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Natural Disaster

Iceland facing 'tremendous forces of nature' after lava from volcano destroys homes

A workman is missing after reportedly falling into a crack opened by the volcano.

ICELAND’S PRESIDENT SAID the country is battling “tremendous forces of nature”, after molten lava from a volcano in the island’s south-west consumed several houses in the evacuated town of Grindavik.

President Gudni Th Johannesson said in a televised address yesterday that “a daunting period of upheaval has begun on the Reykjanes peninsula”, where a long-dormant volcanic system has awakened.

A volcano on the peninsula erupted for the second time in less than a month yesterday morning.

Authorities had ordered residents to leave the fishing town of Grindavik hours earlier as a swarm of small earthquakes indicated an imminent eruption.

Geophysicist Magnus Tumi Gudmundsson said on Monday morning that the eruption had “decreased considerably” overnight, but that it was impossible to say when it would end.

Grindavik, a town of 3,800 people about 30 miles south-west of the capital, Reykjavik, was previously evacuated in November when the Svartsengi volcanic system awakened after almost 800 years.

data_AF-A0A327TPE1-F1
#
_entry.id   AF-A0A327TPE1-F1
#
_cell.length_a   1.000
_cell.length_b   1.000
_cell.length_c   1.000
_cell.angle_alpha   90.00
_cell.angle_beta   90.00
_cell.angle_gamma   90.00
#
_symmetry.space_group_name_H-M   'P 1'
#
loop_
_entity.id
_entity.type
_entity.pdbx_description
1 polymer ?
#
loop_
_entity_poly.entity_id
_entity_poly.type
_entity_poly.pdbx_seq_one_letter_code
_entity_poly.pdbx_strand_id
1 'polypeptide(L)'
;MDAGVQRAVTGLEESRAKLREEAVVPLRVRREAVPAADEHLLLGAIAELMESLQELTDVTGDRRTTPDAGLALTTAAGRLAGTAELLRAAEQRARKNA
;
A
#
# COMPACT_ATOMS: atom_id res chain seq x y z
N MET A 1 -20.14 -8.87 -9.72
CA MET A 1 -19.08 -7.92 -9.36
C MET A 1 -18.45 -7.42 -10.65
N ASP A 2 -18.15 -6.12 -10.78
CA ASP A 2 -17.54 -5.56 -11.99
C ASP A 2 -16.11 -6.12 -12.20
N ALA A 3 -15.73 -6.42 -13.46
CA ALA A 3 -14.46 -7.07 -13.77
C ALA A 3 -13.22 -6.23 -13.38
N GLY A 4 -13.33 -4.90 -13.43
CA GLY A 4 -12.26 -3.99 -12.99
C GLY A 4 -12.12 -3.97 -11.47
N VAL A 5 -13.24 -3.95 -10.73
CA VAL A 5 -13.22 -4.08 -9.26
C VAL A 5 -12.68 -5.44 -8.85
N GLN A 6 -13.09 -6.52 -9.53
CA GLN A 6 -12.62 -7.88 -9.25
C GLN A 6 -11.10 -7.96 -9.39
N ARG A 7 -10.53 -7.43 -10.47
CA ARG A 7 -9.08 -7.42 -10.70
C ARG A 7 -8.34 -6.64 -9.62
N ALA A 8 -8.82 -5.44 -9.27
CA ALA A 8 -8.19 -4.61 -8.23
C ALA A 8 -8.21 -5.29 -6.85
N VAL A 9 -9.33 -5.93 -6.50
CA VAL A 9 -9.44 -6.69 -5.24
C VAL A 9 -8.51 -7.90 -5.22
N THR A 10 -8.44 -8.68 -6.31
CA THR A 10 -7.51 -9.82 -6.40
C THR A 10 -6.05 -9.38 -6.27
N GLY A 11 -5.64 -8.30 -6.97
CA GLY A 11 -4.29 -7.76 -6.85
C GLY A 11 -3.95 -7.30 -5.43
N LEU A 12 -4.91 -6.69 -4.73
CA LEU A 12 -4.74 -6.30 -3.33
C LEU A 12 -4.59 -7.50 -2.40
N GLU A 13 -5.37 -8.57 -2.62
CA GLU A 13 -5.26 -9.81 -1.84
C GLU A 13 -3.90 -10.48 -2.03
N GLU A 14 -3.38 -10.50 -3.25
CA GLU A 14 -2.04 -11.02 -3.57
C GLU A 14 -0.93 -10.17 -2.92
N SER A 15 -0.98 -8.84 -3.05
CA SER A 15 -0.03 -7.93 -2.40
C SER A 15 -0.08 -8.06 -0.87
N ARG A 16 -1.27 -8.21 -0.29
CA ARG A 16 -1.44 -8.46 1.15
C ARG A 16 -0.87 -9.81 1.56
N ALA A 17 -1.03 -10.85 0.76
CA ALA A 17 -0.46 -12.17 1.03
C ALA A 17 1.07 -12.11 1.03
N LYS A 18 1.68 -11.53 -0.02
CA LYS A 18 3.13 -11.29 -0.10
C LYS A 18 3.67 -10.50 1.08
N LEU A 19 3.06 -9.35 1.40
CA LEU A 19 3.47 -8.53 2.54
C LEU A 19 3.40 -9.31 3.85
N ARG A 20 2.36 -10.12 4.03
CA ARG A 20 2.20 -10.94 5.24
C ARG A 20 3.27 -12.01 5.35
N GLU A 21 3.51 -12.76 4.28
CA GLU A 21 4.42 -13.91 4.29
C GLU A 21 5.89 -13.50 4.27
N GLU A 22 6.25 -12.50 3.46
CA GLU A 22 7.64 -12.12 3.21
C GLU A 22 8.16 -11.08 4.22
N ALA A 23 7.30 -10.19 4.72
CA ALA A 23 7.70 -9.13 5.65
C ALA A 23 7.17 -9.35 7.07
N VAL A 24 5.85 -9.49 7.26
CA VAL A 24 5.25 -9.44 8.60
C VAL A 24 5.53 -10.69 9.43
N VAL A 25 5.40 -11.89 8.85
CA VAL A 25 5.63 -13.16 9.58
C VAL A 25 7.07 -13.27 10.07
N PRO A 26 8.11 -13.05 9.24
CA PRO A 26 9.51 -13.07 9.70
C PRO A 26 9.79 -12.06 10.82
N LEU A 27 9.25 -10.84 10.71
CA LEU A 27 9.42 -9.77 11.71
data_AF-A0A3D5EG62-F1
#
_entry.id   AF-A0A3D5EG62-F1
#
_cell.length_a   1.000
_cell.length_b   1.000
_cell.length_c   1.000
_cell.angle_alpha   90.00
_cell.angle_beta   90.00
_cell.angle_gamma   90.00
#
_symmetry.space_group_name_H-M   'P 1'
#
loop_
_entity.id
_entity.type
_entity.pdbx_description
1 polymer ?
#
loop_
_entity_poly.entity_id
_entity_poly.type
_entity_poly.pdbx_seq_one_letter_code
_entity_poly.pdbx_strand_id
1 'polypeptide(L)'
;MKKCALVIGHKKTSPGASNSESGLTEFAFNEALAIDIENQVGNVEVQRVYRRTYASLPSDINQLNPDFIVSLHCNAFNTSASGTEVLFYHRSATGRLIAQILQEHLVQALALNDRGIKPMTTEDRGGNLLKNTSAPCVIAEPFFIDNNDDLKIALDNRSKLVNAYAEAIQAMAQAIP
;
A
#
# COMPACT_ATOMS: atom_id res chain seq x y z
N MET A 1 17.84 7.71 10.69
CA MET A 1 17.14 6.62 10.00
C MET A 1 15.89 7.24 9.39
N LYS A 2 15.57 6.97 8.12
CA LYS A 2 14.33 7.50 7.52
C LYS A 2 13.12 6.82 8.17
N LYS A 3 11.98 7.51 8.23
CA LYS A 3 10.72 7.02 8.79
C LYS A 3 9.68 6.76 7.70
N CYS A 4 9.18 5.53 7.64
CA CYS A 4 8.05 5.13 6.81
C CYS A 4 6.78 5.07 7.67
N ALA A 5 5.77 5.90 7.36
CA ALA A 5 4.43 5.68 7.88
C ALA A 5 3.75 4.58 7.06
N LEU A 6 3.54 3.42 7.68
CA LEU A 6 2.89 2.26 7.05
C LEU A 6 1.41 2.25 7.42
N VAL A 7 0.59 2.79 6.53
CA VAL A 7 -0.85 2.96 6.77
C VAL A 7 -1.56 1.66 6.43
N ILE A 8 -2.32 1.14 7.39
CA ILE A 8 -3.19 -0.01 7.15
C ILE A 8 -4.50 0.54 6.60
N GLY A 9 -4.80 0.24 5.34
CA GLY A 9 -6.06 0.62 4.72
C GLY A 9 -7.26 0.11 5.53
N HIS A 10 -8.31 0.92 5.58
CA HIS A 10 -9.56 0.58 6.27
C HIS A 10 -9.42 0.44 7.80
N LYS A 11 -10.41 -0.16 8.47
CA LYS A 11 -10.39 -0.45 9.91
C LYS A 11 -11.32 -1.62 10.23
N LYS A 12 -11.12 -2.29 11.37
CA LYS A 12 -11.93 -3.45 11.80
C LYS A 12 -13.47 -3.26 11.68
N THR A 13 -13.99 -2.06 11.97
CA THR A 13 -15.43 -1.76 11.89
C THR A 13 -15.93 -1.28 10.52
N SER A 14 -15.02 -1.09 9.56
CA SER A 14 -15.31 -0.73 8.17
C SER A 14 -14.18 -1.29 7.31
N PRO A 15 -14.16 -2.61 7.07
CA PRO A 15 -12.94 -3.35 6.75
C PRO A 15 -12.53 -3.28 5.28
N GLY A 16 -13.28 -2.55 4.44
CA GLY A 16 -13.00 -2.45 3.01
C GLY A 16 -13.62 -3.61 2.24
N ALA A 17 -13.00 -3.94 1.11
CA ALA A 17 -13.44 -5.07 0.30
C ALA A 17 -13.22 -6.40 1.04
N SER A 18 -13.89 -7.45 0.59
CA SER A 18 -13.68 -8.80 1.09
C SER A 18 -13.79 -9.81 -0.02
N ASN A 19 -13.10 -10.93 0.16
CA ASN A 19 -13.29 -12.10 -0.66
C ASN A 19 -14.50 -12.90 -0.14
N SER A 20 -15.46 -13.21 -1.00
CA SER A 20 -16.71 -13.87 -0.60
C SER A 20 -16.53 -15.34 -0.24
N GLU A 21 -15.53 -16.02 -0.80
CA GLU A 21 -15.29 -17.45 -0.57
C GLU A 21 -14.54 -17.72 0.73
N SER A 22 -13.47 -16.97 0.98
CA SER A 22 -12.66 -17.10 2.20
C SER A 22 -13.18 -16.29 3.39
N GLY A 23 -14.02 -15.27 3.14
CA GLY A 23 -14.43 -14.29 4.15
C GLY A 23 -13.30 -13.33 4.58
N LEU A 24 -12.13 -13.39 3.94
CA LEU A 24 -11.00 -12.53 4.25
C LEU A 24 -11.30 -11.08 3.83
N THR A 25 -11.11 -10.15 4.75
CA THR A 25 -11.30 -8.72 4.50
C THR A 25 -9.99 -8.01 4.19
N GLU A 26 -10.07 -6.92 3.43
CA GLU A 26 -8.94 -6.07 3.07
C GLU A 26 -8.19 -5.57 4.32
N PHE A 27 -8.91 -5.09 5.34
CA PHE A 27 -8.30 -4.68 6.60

The volcano eventually erupted on December 18, sending lava flowing away from Grindavik.

Residents were allowed to return to their homes on December 22.

Since then, emergency workers have been building defensive walls that have stopped much of the lava flow from the new eruption short of the town.

No-one has been killed in the eruptions, but a workman is missing after reportedly falling into a crack opened by the volcano.

The President said: “We don’t yet know how this eruption will unfold, but we must still take those actions that are within our power.

“We continue to hope for as good an outcome as possible, in the face of these tremendous forces of nature.

“We will carry on with our responsibilities and we will continue to stand together.”

Iceland, which sits above a volcanic hot spot in the North Atlantic, averages one eruption every four to five years.

The most disruptive in recent times was the 2010 eruption of the Eyjafjallajokull volcano, which spewed clouds of ash into the atmosphere and disrupted trans-Atlantic air travel for months.

The latest eruption is not expected to release large amounts of ash into the air. Operations at Keflavik Airport are continuing as normal, said Gudjon Helgason, spokesman for airport operator Isavia.

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